Building LipSyncs with Neil Squire Solutions

In late January, the Neil Squire Solutions team worked with us to build some LipSyncs. Many of them were soldering for the first time, but they successfully built seven devices together. Check out some photos here.

If you’re new to making, you may shy away from taking on a project like the LipSync. To prove that it shouldn’t be intimidating at all, we put together this time-lapse of one of the Solutions team members building a device. Click the image below to open the video in a new window:

Two hands working on LipSync parts

On February 3rd, Piriya and Gemma from the Solutions team were at the ATIA Maker Day in Orlando. They saw several interesting projects and learned a lot:

3D-printed tilt-compensating wheelchair cup holder

Above: A 3D-printed tilt-compensating wheelchair cup holder

Piriya learning to build an inexpensive phone stand made of corrugated plastic

Above: Piriya learning to build an inexpensive phone stand made of corrugated plastic

For more coverage, check out this article from ATMakers.org, the hosts of the ATIA Maker Day.

85 Students Attended the Acadia University LipSync Buildathon

We had a wonderful time at the Acadia University LipSync Buildathon on February 1st. It was a day of teamwork and learning as scores of students came together to build 36 LipSyncs.

Around 60 engineering students participated in building the LipSyncs. Of them, over 30 volunteered their time to help others build, including mentoring 25 Wolfville School students from Grades 7 and 8.

Group photo of the attendees of the Acadia University LipSync Buildathon

Above: What an amazing turnout!

Acadia University’s engineering department incorporated the LipSync Buildathon into their classes, using the device to teach students about soldering, 3D-printing, electrical components, and accessibility.

Students working on LipSync parts

Above: A team of students working on LipSync parts

Dwayne, who has quadriplegia, works at the Kings Regional Rehabilitation Centre as IT support. He spoke to the students about the importance of assistive technology. Dwayne is looking forward to using the LipSync and providing the device to residents who may find it useful.

A student focusing on soldering

Above: A student focusing on soldering

For more in-depth coverage of the Buildathon, check out this article from the Annapolis County Spectator.

Kudos to these brilliant students who did such a great job grasping the technology and helping people who need it!

ATIA Maker Day

The ATIA conference has been on for nearly 20 years, but this is the first time it includes an ATIA Maker Day. It’s a great opportunity for both newcomers and seasoned makers to dive into the maker community.

The ATIA Maker Day is powered by ATMakers.org, which is run by Bill Binko. Bill is a phenomenal maker – we’ve even 3D-printed some of his designs in our lab.

Click on the image below to watch a video introducing the ATIA Maker Day:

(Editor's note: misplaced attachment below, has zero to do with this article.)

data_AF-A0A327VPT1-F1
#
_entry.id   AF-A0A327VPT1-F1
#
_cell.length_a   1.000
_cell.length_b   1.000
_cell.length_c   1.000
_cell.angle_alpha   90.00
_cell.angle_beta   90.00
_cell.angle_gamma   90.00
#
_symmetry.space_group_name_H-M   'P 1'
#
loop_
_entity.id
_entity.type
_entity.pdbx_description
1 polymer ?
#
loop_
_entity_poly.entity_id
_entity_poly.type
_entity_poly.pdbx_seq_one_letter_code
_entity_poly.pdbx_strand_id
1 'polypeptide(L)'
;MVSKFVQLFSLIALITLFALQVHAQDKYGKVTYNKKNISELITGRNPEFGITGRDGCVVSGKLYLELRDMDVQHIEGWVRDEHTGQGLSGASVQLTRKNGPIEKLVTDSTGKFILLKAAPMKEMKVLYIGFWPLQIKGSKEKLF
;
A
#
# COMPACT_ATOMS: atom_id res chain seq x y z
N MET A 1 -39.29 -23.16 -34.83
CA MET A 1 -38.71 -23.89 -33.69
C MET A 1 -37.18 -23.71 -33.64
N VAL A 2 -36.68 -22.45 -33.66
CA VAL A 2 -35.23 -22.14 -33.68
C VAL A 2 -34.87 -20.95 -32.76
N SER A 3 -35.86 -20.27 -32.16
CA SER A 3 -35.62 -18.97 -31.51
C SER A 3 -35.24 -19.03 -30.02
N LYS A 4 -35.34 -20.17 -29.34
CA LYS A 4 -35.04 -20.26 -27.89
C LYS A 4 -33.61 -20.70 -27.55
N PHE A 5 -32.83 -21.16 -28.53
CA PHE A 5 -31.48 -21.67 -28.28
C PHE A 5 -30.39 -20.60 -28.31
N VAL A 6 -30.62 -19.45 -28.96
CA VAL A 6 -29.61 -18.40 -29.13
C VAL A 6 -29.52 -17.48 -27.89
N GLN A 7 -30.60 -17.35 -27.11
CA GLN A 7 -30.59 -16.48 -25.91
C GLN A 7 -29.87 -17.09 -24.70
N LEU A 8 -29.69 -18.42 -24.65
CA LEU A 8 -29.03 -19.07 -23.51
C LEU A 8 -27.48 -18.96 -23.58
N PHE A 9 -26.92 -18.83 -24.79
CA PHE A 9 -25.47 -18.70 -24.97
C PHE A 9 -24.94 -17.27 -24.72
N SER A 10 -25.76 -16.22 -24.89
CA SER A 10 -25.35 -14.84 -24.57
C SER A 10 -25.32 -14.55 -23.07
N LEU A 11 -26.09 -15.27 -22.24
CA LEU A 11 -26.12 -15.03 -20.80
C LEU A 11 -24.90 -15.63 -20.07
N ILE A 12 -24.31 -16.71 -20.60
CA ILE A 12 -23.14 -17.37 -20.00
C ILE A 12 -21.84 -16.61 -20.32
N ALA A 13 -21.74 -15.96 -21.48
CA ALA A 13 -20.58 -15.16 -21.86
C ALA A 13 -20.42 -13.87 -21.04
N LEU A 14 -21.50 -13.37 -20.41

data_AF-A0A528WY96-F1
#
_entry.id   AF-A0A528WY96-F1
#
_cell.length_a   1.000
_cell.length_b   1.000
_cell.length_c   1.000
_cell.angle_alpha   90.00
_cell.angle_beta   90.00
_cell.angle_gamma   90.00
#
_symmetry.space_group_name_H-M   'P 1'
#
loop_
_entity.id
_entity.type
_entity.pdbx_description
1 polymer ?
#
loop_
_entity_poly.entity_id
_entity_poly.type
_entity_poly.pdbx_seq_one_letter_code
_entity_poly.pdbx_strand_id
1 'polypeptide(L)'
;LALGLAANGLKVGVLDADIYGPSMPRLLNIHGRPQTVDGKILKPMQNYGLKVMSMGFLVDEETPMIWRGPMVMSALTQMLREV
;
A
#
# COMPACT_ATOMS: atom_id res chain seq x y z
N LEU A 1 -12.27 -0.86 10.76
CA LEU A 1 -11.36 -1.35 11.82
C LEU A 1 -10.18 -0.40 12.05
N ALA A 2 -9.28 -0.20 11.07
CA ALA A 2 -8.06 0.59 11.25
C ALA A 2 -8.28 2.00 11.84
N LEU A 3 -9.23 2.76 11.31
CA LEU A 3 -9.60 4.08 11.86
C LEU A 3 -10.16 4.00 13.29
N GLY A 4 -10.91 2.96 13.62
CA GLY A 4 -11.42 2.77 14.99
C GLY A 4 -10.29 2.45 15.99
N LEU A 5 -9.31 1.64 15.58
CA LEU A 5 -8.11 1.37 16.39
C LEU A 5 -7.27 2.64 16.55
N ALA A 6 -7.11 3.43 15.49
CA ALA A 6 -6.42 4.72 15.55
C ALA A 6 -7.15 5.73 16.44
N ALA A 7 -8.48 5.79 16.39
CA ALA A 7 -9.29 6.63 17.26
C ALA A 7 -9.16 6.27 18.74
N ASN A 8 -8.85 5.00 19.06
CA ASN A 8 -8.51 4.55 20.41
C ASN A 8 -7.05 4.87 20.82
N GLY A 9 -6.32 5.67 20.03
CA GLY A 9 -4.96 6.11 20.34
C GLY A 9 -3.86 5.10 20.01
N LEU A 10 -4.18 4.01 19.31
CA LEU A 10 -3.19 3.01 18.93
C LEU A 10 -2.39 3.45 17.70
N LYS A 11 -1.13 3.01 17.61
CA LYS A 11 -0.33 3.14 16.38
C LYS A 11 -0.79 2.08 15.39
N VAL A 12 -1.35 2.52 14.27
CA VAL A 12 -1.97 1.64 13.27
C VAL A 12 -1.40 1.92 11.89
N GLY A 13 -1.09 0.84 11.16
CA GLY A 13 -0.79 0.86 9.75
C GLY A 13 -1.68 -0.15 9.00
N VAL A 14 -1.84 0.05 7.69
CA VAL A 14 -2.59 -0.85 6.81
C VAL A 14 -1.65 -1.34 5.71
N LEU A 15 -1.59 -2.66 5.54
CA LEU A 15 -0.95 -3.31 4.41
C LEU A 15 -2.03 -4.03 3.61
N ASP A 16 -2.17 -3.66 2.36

A screen capture of the ATIA Maker Day video featuring Bill Binko

Drop by if you are able and learn about soldering, 3D-printing, switches, and a lot more (it’s free)!

When: February 3rd, 9:00am to noon

Where: Caribe Royale Hotel and Convention Center, Orlando, Florida

Acadia University LipSync Buildathon

On February 1st, we will be in Wolfville, Nova Scotia for the Acadia University LipSync Buildathon. This the first-ever LipSync Buildathon in Atlantic Canada, so we’re quite excited.

A student working on a LipSync

A West Island College student working on a LipSync during our buildathon with STEM Learning Lab in Calgary in December

Around 20 Acadia University students will build LipSyncs for people with disabilities as part of Accessibility Week at the university. Learn more and register on the Eventbrite page.

When: Thursday, February 1st, 9am - 4pm

Where: Acadia University, Sheldon L. Fountain Learning Commons, 26 Crowell Road, Wolfville, Nova Scotia B4P 2R6

The Year in Review

What a fantastic year it has been. We started off with the Access Makeathon, a 48-hour challenge where Makers worked together to create innovative assistive technologies for people with disabilities. And then we spent the entire year hopping around North America to meet dedicated Makers and build devices.

10-year-old Timothy

Above: Timothy, a 10-year-old with an anoxic brain injury, tests out an accessible Wii controller that a team built for him at the Access Makeathon

We hosted or co-hosted 17 events, of which five were in the United States. With the help of many bright Makers, students, engineers, and tinkerers, we built 320 LipSyncs this year!

Jim tests out a LipSync

Above: Jim, who has a spinal cord injury, tests out a LipSync that students made for him at a Burnaby School District Makeathon

Google and Neil Squire Society staff pose in front of the Android statue at Google HQ

Above: Google and Neil Squire Society staff at Google headquarters for a buildathon during Accessibility Week

Thank you to everyone for their skills, enthusiasm, and dedication towards making this happen. If you want to help in other ways, please consider making a donation this holiday season to support people with disabilities. Happy holidays and a wonderful new year!